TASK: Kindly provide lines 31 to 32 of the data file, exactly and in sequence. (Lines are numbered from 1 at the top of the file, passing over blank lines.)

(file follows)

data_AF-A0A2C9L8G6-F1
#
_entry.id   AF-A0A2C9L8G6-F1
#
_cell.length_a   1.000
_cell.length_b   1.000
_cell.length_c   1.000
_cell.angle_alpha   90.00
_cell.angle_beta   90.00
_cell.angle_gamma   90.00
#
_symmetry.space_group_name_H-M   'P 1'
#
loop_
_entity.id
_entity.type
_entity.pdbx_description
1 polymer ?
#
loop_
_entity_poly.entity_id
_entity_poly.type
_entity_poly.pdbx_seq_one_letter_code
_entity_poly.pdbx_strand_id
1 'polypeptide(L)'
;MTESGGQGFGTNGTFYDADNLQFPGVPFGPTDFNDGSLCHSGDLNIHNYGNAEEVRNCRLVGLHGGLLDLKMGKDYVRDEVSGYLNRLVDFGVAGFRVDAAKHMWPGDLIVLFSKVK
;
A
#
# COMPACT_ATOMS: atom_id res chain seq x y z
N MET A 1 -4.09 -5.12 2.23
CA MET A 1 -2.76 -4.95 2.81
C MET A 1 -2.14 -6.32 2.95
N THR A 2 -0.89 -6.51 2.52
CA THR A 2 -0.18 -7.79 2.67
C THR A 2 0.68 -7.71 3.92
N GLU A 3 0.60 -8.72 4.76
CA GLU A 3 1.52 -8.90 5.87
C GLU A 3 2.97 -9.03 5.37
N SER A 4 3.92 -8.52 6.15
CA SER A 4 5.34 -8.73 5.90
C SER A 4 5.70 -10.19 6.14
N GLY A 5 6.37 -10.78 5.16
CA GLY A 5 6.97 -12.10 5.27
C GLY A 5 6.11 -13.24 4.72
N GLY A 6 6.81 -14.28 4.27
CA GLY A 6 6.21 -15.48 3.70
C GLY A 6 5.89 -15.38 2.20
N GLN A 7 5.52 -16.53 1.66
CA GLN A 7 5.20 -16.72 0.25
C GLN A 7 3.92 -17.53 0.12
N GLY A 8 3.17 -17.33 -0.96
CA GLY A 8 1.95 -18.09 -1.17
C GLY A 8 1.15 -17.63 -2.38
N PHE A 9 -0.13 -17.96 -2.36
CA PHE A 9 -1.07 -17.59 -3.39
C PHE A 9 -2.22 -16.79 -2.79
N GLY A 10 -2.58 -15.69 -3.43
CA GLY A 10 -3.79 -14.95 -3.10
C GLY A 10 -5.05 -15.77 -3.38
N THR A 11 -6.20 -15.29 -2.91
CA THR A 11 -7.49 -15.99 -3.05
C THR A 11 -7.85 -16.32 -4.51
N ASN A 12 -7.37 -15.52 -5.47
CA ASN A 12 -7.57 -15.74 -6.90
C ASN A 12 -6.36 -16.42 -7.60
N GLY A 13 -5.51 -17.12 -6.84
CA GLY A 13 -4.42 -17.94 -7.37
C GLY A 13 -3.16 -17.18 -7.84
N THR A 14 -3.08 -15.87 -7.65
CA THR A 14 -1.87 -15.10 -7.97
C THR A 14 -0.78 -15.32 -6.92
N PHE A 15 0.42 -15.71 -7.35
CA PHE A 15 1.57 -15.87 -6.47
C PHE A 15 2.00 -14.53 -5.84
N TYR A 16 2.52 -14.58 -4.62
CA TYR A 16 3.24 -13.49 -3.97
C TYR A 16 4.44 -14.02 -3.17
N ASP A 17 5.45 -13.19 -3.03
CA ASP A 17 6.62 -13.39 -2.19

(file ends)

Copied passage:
N MET A 1 -4.09 -5.12 2.23
CA MET A 1 -2.76 -4.95 2.81